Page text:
In this post, we’ll build a great sounding audio amplifier with the LM386 Low Voltage Audio Power Amplifier IC. I built almost a dozen different audio amplifier circuits with the LM386 but most of them produced way too much noise, popping, and other interference. Finally I found one that sounds great. Granted, this is not a “minimal components” audio amplifier. There are lots of extra capacitors added to reduce the noise, and I’ve added a bass boost control as well to make it sound even better. Before we start building, it may be helpful to get a little background information…
The LM386 is quite a versatile chip. Only a couple resistors and capacitors are needed to make a simple audio amplifier. The chip has functions for gain control and bass boost, and it can also be turned into an oscillator capable of outputting sine waves or square waves.
The LM386 is a type of operational amplifier (Op-Amp). Operational amplifiers have a basic task. They take an input potential (voltage) and produce an output potential that is tens, hundreds, or thousands of times the magnitude of the input potential. In this circuit, the LM386 takes an audio input signal and increases its potential anywhere from 20 to 200 times. That amplification is what is known as the voltage gain.
Gain vs Volume
After you build this amplifier and play with the volume and gain controls, you will notice that both appear to raise or lower the intensity of sound coming out of the speaker. So what is the difference then? Gain is the amplification of the input potential. It is a characteristic of the amplifier. Volume lets you adjust the sound level within the range of amplification set by the gain. Gain sets the range of possible volume levels. For example, if our gain is set to 20, the range of volume is 0 to 20. If our gain is set to 200, the range of volume is 0 to 200.
The LM386 IC has 8 pins as shown in the diagram below:
The main pins to be aware of are pins 2 and 3, the audio signal inputs, and pin 5, the positive audio output signal. Gain control can be achieved by bridging pins 1 and 8 with a 10 μF capacitor. If pins 1 and 8 are not connected, the output gain will be 20. With only a 10 μF capacitor, the gain will be 200. The gain can be adjusted to any value between 20 and 200 by placing a potentiometer in series with the capacitor.
There are three varieties of the LM386, each with different output power ratings:
- LM386N-1: 0.325 Watts
- LM386N-3: 0.700 Watts
- LM386N-4: 1.00 Watts
Here’s a schematic of the internal circuitry of the LM386 for your reference:
You can download the datasheet for the Texas Instruments LM386 here:
The Minimal LM386 Audio Amplifier
Now that we have a little background into the LM386, let’s build the amplifier. Just for comparison, I’ll show you how to make a minimal LM386 amplifier first, so you can compare it to the better sounding one we’ll build later on.
In the circuit above, the power supply, audio input signal, and audio output signal all flow through the same common path to ground. This causes interference in the output signal. To prevent this, we can connect the grounds for power, input, and output directly to the ground pin (pin 4) of the LM386 like this:
This should sound better than the first circuit, but you will probably still notice some noise, static and popping. To fix this, we need to add some decoupling capacitors. Decoupling capacitors isolate the amplifier circuit from signal interference caused by fluctuations in power and filter noise from the audio signal. Larger value capacitors will filter lower frequency noise while smaller value capacitors will filter out higher frequency noise.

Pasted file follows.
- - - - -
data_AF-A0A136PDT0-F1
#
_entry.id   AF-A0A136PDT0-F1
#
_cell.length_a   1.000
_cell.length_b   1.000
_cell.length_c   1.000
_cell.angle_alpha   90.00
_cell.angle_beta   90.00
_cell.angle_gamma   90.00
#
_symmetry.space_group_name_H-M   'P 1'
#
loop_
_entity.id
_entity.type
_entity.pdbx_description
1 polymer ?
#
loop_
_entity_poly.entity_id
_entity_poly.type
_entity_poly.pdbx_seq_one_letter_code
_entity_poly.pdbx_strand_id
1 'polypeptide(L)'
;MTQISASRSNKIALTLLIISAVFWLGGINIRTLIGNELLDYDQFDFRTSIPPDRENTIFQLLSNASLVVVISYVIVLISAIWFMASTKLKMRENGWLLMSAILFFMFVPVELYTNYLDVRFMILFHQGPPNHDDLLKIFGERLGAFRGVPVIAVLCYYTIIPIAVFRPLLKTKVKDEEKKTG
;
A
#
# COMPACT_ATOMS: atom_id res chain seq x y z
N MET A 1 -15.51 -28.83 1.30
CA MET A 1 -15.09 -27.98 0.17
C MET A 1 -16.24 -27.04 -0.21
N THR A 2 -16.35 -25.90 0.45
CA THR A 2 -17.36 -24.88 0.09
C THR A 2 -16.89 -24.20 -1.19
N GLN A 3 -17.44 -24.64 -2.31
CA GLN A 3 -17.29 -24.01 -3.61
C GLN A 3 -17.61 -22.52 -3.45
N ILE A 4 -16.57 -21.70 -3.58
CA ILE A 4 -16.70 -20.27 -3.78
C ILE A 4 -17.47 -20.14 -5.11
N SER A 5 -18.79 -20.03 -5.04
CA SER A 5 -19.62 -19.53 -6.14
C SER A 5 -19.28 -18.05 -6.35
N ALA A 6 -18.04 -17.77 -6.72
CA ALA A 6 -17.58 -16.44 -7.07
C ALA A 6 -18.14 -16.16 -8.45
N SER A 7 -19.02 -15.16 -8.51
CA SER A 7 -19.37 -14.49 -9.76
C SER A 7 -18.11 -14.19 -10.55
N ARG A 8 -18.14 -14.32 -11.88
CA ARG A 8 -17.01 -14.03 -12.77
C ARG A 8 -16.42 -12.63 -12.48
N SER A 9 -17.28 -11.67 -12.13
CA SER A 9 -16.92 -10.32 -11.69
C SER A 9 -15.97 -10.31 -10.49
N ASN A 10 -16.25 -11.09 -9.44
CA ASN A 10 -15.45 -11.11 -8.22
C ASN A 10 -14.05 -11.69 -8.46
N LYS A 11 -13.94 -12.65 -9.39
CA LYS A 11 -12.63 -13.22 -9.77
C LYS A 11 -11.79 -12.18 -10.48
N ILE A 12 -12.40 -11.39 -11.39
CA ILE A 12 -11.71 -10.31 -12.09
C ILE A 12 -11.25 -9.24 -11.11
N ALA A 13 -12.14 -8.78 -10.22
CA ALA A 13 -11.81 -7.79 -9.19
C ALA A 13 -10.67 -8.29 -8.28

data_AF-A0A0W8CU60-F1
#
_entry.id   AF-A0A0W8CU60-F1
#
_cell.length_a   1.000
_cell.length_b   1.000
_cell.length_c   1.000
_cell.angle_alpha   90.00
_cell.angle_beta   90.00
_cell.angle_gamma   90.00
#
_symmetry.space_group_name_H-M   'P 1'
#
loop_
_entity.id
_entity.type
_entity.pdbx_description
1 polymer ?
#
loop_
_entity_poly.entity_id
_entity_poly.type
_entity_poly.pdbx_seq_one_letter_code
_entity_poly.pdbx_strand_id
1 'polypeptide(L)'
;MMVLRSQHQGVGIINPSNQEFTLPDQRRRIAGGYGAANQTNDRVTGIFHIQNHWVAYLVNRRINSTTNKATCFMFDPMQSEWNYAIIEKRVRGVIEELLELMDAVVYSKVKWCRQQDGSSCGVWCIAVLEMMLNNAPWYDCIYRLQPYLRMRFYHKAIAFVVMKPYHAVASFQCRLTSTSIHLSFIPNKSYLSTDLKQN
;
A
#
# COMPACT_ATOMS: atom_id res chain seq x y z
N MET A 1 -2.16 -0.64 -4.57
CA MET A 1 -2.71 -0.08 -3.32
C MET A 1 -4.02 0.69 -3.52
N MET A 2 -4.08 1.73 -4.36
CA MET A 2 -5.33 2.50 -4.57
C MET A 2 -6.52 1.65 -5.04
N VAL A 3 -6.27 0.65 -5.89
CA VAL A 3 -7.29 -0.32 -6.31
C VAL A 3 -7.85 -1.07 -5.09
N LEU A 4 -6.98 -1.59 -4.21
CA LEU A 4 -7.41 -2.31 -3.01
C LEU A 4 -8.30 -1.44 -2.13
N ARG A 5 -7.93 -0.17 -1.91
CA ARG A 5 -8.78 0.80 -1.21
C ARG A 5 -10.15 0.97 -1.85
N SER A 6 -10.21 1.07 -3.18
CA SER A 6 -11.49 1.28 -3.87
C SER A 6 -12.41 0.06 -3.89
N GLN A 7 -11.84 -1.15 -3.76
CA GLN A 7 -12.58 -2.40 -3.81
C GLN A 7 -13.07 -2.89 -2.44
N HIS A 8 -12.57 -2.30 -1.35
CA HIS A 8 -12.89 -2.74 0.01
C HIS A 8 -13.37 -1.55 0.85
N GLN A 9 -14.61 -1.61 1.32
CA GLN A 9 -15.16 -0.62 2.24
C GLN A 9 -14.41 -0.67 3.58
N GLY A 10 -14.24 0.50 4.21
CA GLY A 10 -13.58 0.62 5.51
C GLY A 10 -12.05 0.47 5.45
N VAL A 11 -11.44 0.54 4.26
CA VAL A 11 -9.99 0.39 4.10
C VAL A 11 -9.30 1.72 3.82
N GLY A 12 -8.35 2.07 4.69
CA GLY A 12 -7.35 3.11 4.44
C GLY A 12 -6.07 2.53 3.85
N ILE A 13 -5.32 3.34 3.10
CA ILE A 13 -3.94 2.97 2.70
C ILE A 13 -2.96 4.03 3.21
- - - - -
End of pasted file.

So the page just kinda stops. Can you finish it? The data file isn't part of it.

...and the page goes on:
The Great Sounding LM386 Audio Amplifier
Now that you’ve seen the bare minimum of what it takes to make an audio amplifier from the LM386, lets build a higher fidelity version, and add an adjustable gain control. Several things in this circuit make it sound better:
- A 470 pF decoupling capacitor between the positive input signal and ground.
- 100 μF and 0.1 μF capacitors between the positive and negative power rails to decouple the power supply. The 100 μF capacitor will filter low frequency noise while the 0.1 μF capacitor will filter high frequency noise.
- A 0.1 μF capacitor between pins 4 and 6, for additional decoupling of the power supply to the chip.
- A 10K Ohm resistor and a 10 μF capacitor in series between pin 7 and ground to decouple the audio input signal.
The diagram below will show you how to connect everything:
One thing to keep in mind when you’re wiring LM386 circuits is that the cleanest sound will result from keeping all wire connections and components as close to the chip as possible. Keeping the wires as short as possible will also help.
The LM386 Audio Amplifier with Bass Boost Control
A cool feature of the LM386 is the option to add an adjustable bass boost to the amplifier. You’ll find that this is the best sounding circuit so far, since the low pass filter removes most of the noise not taken out by the decoupling capacitors. All you need for the bass boost circuit is a 0.033 μF capacitor and a 10K Ohm potentiometer in series between pins 1 and 5:
An easy way to input the audio in these circuits is with a 3.5 mm audio jack from an old set of headphones modified with breadboard pins. Check out this article, How to Hack a Headphone Jack to learn how to re-wire some common types of headphones.
You can watch the video version of this tutorial and listen to each amplifier here:
Thanks for reading! Hope you had fun experimenting with these amps as much as I did. Be sure to subscribe to the blog to keep updated on posts as soon as they are published. I’ll be writing more how-to guides for other audio circuits in the future. And feel free to leave a comment if you have any questions or need help with anything in this article.
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